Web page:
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How to Hold Your Wedding Bouquet

Believe it or not, there's a small science to how you hold your bouquet on your wedding day! Your florist or photographer may have their own tips and tricks to throw in, but I wanted to give you a brief glimpse into the age-old question of what to do with your hands when picture and video time arrives on your wedding day!

The traditional bouquet position

The average bride will hold her bouquet with two hands, just below her belly button when walking down the aisle. For more casual shots, you may be asked to hold your bouquet with one hand, near your hip or above your head. Some brides will also get pictures with their bouquet held closer to their face, highlighting both the flowers and your gorgeous hair and makeup! There are many poses you can strike during your wedding photos, but keep in mind that the standard "walking down the aisle" pose is with the bouquet just in front of your belly button.

Don't tone; just hold your bouquet lower!

Some brides are terribly concerned with how their arms will look in their wedding photos. So, in addition to some cardio and other exercises to lose weight for their dress, they'll also add in an arm workout to tone their arms. This is especially true for brides who choose sleeveless dresses. Whether you want to work out to tone your arms or not, here's a tip to make your arms look "more appealing" in photos: hold your bouquet just a tad lower than the traditional position we just talked about. By holding your flowers lower, you'll seemingly elongate your arms and mitigate the arm fat woes you're worrying about.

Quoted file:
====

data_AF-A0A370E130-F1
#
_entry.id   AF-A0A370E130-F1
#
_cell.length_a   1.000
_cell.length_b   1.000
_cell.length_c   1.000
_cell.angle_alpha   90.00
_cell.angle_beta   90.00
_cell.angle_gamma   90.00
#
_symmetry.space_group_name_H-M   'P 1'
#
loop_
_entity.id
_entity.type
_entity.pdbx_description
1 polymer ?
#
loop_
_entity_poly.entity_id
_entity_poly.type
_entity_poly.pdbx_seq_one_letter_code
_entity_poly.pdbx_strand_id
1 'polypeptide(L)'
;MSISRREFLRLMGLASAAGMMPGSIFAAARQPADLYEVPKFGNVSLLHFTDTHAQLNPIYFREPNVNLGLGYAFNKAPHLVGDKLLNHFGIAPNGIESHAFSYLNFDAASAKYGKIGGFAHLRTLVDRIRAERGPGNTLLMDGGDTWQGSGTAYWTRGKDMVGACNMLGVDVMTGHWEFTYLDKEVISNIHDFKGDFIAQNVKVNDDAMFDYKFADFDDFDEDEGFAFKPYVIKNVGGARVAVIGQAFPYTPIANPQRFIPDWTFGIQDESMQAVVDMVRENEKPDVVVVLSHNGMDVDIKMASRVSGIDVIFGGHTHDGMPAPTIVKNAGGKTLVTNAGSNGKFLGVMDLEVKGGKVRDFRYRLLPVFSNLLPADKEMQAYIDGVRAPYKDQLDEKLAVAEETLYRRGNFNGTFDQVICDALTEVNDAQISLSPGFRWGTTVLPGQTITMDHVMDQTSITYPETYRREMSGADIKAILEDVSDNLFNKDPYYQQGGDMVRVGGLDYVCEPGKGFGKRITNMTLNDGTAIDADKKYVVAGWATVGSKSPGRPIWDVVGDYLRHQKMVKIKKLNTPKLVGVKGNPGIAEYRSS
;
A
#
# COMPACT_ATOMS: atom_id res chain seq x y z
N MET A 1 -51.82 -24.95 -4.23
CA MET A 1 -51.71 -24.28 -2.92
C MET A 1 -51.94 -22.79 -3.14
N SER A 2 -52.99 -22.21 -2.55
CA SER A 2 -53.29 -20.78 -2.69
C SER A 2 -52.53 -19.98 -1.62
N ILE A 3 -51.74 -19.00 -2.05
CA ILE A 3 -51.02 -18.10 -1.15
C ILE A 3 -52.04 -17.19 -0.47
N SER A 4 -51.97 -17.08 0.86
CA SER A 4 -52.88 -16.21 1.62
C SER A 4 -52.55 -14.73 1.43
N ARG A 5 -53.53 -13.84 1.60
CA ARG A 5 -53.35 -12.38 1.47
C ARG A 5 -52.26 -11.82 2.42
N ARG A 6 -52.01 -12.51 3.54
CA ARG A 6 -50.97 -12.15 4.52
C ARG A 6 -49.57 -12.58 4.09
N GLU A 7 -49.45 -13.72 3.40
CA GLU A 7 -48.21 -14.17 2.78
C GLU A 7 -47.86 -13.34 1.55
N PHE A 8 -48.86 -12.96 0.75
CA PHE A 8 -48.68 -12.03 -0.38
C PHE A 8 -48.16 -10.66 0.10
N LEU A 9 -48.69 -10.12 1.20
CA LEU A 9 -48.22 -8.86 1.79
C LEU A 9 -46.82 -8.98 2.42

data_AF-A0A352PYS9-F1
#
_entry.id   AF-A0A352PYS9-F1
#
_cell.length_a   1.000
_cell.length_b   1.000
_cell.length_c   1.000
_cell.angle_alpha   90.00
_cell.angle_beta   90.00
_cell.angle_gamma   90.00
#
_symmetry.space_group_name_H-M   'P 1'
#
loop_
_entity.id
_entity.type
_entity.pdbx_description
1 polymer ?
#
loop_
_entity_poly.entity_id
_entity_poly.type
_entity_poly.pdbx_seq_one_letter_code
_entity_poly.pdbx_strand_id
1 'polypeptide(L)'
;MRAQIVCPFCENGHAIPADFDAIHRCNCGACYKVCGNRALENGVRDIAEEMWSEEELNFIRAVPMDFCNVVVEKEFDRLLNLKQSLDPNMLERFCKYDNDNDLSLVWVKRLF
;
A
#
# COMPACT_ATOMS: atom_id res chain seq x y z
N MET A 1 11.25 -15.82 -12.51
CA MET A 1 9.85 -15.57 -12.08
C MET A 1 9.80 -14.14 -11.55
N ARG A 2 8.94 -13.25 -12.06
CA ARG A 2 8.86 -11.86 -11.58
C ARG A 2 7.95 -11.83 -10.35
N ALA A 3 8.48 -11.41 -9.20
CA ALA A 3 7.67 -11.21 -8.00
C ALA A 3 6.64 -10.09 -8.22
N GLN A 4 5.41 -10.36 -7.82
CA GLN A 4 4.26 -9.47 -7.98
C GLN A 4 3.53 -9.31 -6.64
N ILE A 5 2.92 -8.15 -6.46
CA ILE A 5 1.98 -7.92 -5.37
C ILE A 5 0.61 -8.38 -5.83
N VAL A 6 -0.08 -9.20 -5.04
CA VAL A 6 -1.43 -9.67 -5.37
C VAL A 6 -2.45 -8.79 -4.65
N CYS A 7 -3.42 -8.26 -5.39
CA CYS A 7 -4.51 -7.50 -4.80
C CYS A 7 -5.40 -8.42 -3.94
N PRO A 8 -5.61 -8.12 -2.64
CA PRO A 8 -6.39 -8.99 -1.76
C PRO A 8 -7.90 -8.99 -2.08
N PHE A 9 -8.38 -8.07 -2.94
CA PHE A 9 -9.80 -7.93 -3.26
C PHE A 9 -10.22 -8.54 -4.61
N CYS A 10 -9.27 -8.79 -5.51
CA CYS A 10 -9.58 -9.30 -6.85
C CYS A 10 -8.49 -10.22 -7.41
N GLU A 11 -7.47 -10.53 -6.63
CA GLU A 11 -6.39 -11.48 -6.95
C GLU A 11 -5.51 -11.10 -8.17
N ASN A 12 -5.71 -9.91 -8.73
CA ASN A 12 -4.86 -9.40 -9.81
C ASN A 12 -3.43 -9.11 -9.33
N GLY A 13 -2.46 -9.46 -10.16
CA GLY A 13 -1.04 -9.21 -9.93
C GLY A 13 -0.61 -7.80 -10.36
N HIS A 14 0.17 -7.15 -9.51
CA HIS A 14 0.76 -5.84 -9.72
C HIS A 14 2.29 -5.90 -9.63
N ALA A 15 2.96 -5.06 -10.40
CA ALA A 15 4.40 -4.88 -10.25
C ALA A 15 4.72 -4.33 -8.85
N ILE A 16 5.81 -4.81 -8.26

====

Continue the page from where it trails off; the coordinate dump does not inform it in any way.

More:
An untraditional option: Hold the bouquet higher

Sometimes, holding your bouquet above your head or out to the side can also elongate your arms in photos. The goal here is to keep your arms farther out from your body, which creates a visual effect of lengthening and toning your arms. This tactic may not work so well for walking down the aisle, but there are many ways to be artistic with your after-ceremony photos. Ask your photographer to help brainstorm the kinds of photos you want and try to write down a list for the day of the wedding so you get what you want out of your photos.

Example: The bouquet toss

Because photos of these specific poses are sometimes hard to find, I went looking for photos from bouquet tosses! The bouquet toss can show you the full spectrum of both the higher and lower bouquet poses, so I encourage you to look at #bouquettoss on Instagram or go looking for your own bouquet toss reference photos so you can decide exactly how you'd like to pose with your flowers for your photographer.

To see more about different bouquet flowers, check out our blog posts on daffodils, delphinium, dahlias, lilacs, carnations, hydrangeas, lavender, or lily of the valley.

We publish more Flower Tips every week on our Instagram and Pinterest accounts:


Let us know what you wish you'd known before designing your wedding flowers in the comments or on our Facebook page: !

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